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Hobbes on Politics and Religion$
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Laurens van Apeldoorn and Robin Douglass

Print publication date: 2018

Print ISBN-13: 9780198803409

Published to Oxford Scholarship Online: July 2018

DOI: 10.1093/oso/9780198803409.001.0001

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A Profile in Cowardice? Hobbes, Personation, and the Trinity

A Profile in Cowardice? Hobbes, Personation, and the Trinity

Chapter:
(p.167) 10 A Profile in Cowardice? Hobbes, Personation, and the Trinity
Source:
Hobbes on Politics and Religion
Author(s):

Glen Newey

Publisher:
Oxford University Press
DOI:10.1093/oso/9780198803409.003.0011

This chapter addresses the development of Hobbes’s political theology during the 1660s, particularly in the Appendices to his Latin translation of Leviathan. It challenges the widely held view that Hobbes adapted his views through fear of being arraigned for heresy after his being named during parliamentary proceedings on the Atheism Bill. Hobbes was not in serious danger of being tried for heresy. Regardless of whether he took the risk seriously, Hobbes uninhibitedly restated controversial theological doctrine, notably in applying his theory of personation to the Trinity, and in certain respects made his position more rather than less radical. There is little interpretative merit in juxtaposing the English Leviathan of 1651 with the Latin version of 1668, and assuming that the latter aimed to accommodate resurgent Restoration Anglicanism. The wider moral is to beware of applying personal or political context too mechanically to the historical interpretation of philosophical texts.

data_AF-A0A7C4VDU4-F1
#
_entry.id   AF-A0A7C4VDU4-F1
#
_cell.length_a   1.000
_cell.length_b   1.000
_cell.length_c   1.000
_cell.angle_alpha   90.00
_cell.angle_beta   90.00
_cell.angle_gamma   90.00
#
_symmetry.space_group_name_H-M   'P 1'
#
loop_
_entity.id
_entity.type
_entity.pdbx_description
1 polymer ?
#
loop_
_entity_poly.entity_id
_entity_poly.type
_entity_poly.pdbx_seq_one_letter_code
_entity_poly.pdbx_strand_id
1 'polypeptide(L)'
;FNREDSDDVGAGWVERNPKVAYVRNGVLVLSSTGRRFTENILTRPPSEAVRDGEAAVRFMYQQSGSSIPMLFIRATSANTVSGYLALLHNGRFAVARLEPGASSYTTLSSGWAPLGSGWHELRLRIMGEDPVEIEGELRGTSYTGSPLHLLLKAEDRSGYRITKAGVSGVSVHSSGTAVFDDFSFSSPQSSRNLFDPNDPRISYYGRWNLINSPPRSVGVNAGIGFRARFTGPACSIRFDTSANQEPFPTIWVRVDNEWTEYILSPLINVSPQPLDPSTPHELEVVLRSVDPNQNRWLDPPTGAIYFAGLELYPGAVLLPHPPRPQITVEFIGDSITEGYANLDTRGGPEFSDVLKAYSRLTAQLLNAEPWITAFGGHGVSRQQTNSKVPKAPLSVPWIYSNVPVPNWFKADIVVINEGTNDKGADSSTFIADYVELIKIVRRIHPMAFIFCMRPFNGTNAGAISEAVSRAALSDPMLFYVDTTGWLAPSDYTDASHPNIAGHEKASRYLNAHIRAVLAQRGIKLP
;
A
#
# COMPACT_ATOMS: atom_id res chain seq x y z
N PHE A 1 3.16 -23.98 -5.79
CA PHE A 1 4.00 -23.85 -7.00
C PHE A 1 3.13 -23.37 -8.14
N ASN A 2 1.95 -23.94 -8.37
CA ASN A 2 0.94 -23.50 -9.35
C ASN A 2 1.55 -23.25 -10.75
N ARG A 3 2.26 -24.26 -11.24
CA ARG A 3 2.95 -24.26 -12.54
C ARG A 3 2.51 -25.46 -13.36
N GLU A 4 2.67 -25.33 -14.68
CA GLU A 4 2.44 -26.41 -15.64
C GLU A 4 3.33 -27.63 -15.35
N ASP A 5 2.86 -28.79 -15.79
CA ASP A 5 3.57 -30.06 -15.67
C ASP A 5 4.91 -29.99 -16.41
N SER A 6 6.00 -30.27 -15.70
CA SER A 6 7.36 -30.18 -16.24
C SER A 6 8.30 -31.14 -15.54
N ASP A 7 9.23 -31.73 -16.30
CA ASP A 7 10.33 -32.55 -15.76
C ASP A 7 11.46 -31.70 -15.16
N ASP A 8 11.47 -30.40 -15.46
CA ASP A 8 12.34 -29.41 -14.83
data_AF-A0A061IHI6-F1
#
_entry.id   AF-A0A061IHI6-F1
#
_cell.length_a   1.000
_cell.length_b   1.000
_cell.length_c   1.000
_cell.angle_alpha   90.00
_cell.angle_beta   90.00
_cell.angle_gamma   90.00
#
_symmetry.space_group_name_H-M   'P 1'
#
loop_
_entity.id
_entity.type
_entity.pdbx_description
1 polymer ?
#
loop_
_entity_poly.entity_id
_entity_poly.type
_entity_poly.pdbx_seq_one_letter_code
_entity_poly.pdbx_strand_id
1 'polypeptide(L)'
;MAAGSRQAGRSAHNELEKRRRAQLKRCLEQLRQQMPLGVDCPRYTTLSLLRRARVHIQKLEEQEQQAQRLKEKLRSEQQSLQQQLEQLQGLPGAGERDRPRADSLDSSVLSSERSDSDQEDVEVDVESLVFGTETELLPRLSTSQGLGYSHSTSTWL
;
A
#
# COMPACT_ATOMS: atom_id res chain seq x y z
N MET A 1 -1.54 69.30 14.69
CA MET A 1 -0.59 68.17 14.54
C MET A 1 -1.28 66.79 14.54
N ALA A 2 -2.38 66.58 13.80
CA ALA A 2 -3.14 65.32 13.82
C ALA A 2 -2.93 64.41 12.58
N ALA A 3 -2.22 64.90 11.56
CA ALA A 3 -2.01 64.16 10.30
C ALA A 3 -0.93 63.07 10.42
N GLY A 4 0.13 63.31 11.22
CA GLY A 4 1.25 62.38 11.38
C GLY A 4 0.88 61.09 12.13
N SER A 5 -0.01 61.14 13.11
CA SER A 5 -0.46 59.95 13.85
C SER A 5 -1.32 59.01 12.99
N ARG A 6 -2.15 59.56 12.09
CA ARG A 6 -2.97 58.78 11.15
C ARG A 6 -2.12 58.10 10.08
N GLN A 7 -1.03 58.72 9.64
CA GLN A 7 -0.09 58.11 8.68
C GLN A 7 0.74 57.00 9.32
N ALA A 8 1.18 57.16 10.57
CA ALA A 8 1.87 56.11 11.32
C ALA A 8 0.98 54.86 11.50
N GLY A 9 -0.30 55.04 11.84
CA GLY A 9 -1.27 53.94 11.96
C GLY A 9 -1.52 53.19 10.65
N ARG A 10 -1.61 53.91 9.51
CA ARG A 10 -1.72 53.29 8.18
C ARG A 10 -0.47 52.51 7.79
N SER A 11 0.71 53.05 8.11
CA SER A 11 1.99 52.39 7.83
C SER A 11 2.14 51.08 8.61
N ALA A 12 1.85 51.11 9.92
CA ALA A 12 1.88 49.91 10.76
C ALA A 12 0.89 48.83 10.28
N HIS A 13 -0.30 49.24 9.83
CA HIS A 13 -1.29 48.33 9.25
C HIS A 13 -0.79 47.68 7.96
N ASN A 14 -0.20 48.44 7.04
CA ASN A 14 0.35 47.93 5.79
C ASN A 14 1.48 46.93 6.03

Keywords:   Thomas Hobbes, theology, heresy, personation, the Trinity, atheism, Latin Leviathan

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